We at the Guardian Angel Council firmly believe that we can not only raise awareness of the under-representation of minorities in the Be the Match Registry ® but also that we, along with other organizations, whether non-profit or for-profit can increase the counts of minorities in the registry. By increasing awareness, we look for the day when minorities in the registry have just as much of a chance of finding a bone marrow donor match as non-minorities.

Guardian Angel Council also feels that having a bone marrow drive to increase participation in the registry does not need to be typical. This is why we seek out events that are out of the ordinary. If you change nothing, nothing will change.

We agree that there needs to be a different way of doing things to get different results. Don’t get us wrong, even we are willing to hold typical bone marrow drives, but why not do something unique?

It is for this reason why we have partnered with the groups and organizations that we have. They are unique and well, to be honest, we would personally attend these events regardless. If some of these events seem interesting or if you have an idea that would be right up our alley, we would be delighted to hear from you.

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As told by its Executive Director and Founder, Thomas Levi Leyba

Growing up, I have always been a sufferer when it comes to allergy season, as most are in my family. The usual over-the-counter allergy medication typically helped to alleviate this discomfort. In 2011, I was experiencing more than normal comfort-level allergy symptoms that included headaches just above my ear on my right side. Wanting confirmation that this was all due to allergies, I went to seek medical help in hopes to having a prescription for allergies that are not readily available over-the-counter.

After the initial questions were asked, some blood was taken from me as normal procedure to rule out anything that might not be usual.

A week later I was called back to my general practitioner’s office with the results of my blood test. It was found that I had low white cell counts. A count lower than 4,000 white blood cells per microliter of blood is generally considered a low count. I was asked questions on whether or not I was losing weight, or if I often am sick. I answered no to both these answers; I have been the same weight since college and I rarely get sick if at all.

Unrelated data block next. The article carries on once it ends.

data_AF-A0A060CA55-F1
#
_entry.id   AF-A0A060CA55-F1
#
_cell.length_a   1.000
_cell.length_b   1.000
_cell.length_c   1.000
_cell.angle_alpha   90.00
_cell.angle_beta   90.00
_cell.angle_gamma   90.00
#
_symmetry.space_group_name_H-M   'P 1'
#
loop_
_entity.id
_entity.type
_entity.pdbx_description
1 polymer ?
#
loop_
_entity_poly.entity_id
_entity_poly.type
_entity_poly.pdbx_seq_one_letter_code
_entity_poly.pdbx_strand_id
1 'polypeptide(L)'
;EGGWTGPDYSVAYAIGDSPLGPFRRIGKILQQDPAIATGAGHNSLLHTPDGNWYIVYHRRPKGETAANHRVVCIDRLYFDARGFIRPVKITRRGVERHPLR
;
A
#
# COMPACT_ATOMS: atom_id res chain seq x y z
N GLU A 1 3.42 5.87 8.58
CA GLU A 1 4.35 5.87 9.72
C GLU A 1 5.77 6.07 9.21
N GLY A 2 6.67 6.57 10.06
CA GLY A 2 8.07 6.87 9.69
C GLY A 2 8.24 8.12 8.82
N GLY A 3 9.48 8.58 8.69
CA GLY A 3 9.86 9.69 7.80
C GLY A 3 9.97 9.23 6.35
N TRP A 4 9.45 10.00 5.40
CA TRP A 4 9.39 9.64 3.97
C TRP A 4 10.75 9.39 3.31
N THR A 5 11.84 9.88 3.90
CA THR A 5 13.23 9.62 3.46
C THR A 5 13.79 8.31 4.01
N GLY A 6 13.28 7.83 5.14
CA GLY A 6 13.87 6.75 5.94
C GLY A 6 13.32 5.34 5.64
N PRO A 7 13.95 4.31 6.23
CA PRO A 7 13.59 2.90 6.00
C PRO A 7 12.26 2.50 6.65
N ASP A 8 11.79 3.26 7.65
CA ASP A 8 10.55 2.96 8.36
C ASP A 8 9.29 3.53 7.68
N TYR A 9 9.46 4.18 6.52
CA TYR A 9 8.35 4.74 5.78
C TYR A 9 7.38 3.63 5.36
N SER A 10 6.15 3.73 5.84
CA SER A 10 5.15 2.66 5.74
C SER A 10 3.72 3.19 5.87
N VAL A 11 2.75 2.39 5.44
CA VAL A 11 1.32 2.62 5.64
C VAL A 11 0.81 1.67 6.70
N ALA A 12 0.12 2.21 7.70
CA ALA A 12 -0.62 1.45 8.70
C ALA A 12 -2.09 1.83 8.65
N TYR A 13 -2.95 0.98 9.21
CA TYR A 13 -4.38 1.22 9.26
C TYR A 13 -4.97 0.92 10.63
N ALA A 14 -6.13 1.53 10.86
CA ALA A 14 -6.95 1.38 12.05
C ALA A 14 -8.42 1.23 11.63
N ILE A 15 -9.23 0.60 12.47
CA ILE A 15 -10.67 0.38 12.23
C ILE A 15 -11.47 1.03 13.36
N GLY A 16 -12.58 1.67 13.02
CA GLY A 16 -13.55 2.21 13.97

I was then directed to have further testing performed at the local cancer research center. The fact that I had to go was one thing, but the chance that I might have cancer was definitely an eye opener for myself and my family. The cancer research center wanted to rule out that I did not have Leukemia. And I wanted to know the same.

After some additional testing and blood work, I was found to still have lower white cell counts than what is considered normal despite my efforts of increasing the B vitamin in my diet, drinking green tea, consuming foods that are rich in protein and snacking on pumpkin seeds (which I still enjoy to this day). The next step in my journey was to have a bone marrow biopsy.

In preparation for this test, I stepped back from my situation and began to search for a solution at my worst-case scenario. This is where I came upon the National Marrow Donor Program ® and Be The Match Registry ®. After self-educating myself with the process, it was found that there was a 1 in 4 chance of having a sibling be a match. About 70% of patients that need a transplant do not have a suitable donor in their family. And in my particular instance, I was in an even more desolate position. Minorities in the Be The Match Registry ® make up only 25% of the registry*. The reason why I paid attention to this percentage is because patients are more likely to find that lifesaving match from donors of their own ethnicity.

After all the testing was performed, I have to say I was blessed and it felt like I had a guardian angel watching over me because the results came back negative. This is where the celebration starts and you continue living your life taking each day as a new beginning. Then I came to realization about those who did not get that negative result that I received, and all those minorities that do not have as much of a chance. This is where I came with the idea of starting a nonprofit to help raise awareness of the under-representation of minorities in the National Marrow Donor Program. The obvious name of this not-for-profit organization would be called Guardian Angel Council.

In 2012, Guardian Angel Council received its 501 (c) (3) from the IRS as a public charity; all contributions that are received are deductible under section 170 of the code and qualified Guardian Angel Council to receive tax deductible bequests, devises, transfers or gifts. This is where the ball gets rolling right? Not in my case. Life got in the way, but in a beautiful way of course.

I decided to go back to school and earn another degree at the same time finding out that my wife and I were to have our first child together. A year flew by followed by yet another and Guardian Angel Council waited as patiently as it could, always in the back of my mind as something that needed my attention. In fact, every night I get a calendar reminder on my phone that clearly states ‘Guardian Angel Council’. Yes, every night, for over two years I would receive this message at exactly 9pm.

Then life told me when it was time.  It seemed as though all the planets were aligned and the right alliances started to fall into place.  This is where we began, almost 3 years after initially being created.  The great news is now we can give it the time and resources that Guardian Angel Council deserves.

*2011 estimates – As of publishing, this has increased to 30%


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